I Made Plans and Then I Laughed and Laughed…

Posted by Carly Morgan

Those of you who follow me on my private Instagram account are wondering if this is the blog post where I talk about Felix having surgery. It’s not. I mean, I’m going to talk about that briefly but the bulk of that is being saved for another day. I’m just not there yet.

This, instead, is one of those rambling lost-in-the-woods post that pretty much sums up motherhood for me, the gist of which is that I planned on spending the next 5-10 years homeschooling our three kids in our new house in the suburbs and blogging about that to help other homeschool families. Yeah, I don’t think that’s going to happen.

Eva and Calvin are both going into new programs next year because they need things I can’t give them. Nope. Didn’t see that coming.

After struggling to find the right academic pace for Eva, we had her tested to see where she is compared to her peer group. That resulted in a placement in a program for “gifted” kids – quotation marks there because that is the most loaded of labels and I still feel awkward using it. There’s a chance that Eva scored so high because we do so much educational work at home and I’ve pushed her too fast (a BIG chance) but the test included other things that were supposed to test her general cognitive abilities and the results indicated that she’s going to need extra support one way or another.

I’m disappointed and uncertain and proud and excited for her all at the same time. The disappointment comes in because I don’t feel like I can homeschool her adequately if she needs to be challenged in different ways and I was really looking forward to homeschooling. The uncertainty comes in because I’m not sure that an accelerated program in an outside school will support her as much as I could if I try to create a different curriculum here at home. The pride comes because she has the opportunity now to join a program that not everyone can get into. I’m excited because this program has rave reviews from parents who have children who are currently there.

As for Calvin, I’ve backed off from any kind of schooling with him because his natural competitive nature has him trying to keep up with Eva. He’s not there, of course, but he’s reading at higher than a Kindergarten level and he has addition/subtraction down with no problems. So now I’m worried that he’s getting too far from his peer group and we’ve enrolled him in an intentionally non-academic preschool to focus on social skills (since he’s 100% three years old when it comes to sharing and hitting other kids on the playground) and being more creative (he wants to do things the “right” way and doesn’t seem to think outside the box much). Calvin also has problems with authority and, frankly, it would be nice if he spent some time working that out with an adult that isn’t me.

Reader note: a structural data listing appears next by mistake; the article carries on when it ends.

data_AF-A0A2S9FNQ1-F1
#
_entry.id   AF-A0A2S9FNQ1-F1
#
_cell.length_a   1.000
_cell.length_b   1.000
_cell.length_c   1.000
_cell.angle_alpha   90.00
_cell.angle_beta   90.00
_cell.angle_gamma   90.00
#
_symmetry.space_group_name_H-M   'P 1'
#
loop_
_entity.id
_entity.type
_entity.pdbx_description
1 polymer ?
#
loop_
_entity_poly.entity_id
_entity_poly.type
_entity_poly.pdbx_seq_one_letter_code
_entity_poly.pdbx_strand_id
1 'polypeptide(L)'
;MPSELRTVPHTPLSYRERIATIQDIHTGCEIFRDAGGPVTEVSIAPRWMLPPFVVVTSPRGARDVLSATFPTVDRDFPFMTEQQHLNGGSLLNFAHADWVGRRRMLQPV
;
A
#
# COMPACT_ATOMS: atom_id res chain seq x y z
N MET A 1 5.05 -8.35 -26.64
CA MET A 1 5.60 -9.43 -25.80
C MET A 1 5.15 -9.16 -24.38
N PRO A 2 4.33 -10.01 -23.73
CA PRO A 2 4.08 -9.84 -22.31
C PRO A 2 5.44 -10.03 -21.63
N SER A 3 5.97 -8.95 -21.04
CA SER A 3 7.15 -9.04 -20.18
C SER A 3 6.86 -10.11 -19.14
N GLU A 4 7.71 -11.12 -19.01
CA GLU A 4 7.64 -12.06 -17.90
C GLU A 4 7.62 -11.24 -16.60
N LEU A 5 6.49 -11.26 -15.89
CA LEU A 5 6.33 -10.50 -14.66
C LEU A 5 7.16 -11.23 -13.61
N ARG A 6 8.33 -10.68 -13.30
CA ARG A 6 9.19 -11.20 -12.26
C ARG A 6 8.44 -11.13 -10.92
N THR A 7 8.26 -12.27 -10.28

I’m a little lost here. I’ve spent the last two years getting ready to hunker down and go all prairie schoolhouse in the dining room with these kids and now they’ve outrun me in two different and totally unexpected directions. Add to this the fact that I now have Felix, who is the world’s greatest baby and who has to have a pretty major operation on his head next week for reasons I can’t write about yet. His recovery is going to be long and full of extra doctor appointments and specialists and therapies and hopefully only sporadic bouts of me weeping while shoving donut holes into my mouth. So I suppose outsourcing the kids education isn’t the worst thing.

What does this mean for the blog? I don’t know, y’all. I have 80% of an e-book done about how to homeschool for free and a backlog of great science experiments to share with you so that’s coming some day when fewer of my children are having their heads operated on. I also still believe strongly in spending time learning as a family so I bet we’ll shift gently in that direction. And maybe I’ll tell you all about the four houses we’ve put offers on and the three rejections and the one offer that they accepted because they were hoping we wouldn’t notice upon inspection that the whole structure was held together by glossy paint and prayer. But not today…